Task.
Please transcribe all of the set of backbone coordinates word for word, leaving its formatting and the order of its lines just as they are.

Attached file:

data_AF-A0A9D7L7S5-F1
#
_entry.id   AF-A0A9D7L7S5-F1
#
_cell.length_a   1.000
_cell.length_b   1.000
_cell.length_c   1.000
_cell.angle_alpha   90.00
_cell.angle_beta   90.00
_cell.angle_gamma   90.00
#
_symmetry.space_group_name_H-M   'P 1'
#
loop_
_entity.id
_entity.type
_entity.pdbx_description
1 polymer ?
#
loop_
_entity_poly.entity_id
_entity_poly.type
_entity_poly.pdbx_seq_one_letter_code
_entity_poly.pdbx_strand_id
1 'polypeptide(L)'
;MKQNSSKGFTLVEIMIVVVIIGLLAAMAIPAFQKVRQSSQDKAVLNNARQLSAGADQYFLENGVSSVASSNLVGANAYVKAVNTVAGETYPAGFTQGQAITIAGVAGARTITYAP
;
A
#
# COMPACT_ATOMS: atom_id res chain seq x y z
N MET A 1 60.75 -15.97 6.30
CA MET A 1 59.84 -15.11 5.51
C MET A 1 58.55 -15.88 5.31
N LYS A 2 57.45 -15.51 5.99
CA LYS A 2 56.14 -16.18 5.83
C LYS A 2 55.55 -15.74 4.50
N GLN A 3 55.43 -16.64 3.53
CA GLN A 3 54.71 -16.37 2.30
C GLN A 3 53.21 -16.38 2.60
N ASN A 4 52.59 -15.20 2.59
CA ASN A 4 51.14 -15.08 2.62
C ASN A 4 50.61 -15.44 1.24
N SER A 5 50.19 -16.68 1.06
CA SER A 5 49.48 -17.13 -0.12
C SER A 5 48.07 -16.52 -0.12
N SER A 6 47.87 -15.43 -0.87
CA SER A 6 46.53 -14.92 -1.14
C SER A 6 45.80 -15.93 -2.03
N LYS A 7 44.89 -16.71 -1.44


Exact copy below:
data_AF-A0A9D7L7S5-F1
#
_entry.id   AF-A0A9D7L7S5-F1
#
_cell.length_a   1.000
_cell.length_b   1.000
_cell.length_c   1.000
_cell.angle_alpha   90.00
_cell.angle_beta   90.00
_cell.angle_gamma   90.00
#
_symmetry.space_group_name_H-M   'P 1'
#
loop_
_entity.id
_entity.type
_entity.pdbx_description
1 polymer ?
#
loop_
_entity_poly.entity_id
_entity_poly.type
_entity_poly.pdbx_seq_one_letter_code
_entity_poly.pdbx_strand_id
1 'polypeptide(L)'
;MKQNSSKGFTLVEIMIVVVIIGLLAAMAIPAFQKVRQSSQDKAVLNNARQLSAGADQYFLENGVSSVASSNLVGANAYVKAVNTVAGETYPAGFTQGQAITIAGVAGARTITYAP
;
A
#
# COMPACT_ATOMS: atom_id res chain seq x y z
N MET A 1 60.75 -15.97 6.30
CA MET A 1 59.84 -15.11 5.51
C MET A 1 58.55 -15.88 5.31
N LYS A 2 57.45 -15.51 5.99
CA LYS A 2 56.14 -16.18 5.83
C LYS A 2 55.55 -15.74 4.50
N GLN A 3 55.43 -16.64 3.53
CA GLN A 3 54.71 -16.37 2.30
C GLN A 3 53.21 -16.38 2.60
N ASN A 4 52.59 -15.20 2.59
CA ASN A 4 51.14 -15.08 2.62
C ASN A 4 50.61 -15.44 1.24
N SER A 5 50.19 -16.68 1.06
CA SER A 5 49.48 -17.13 -0.12
C SER A 5 48.07 -16.52 -0.12
N SER A 6 47.87 -15.43 -0.87
CA SER A 6 46.53 -14.92 -1.14
C SER A 6 45.80 -15.93 -2.03
N LYS A 7 44.89 -16.71 -1.44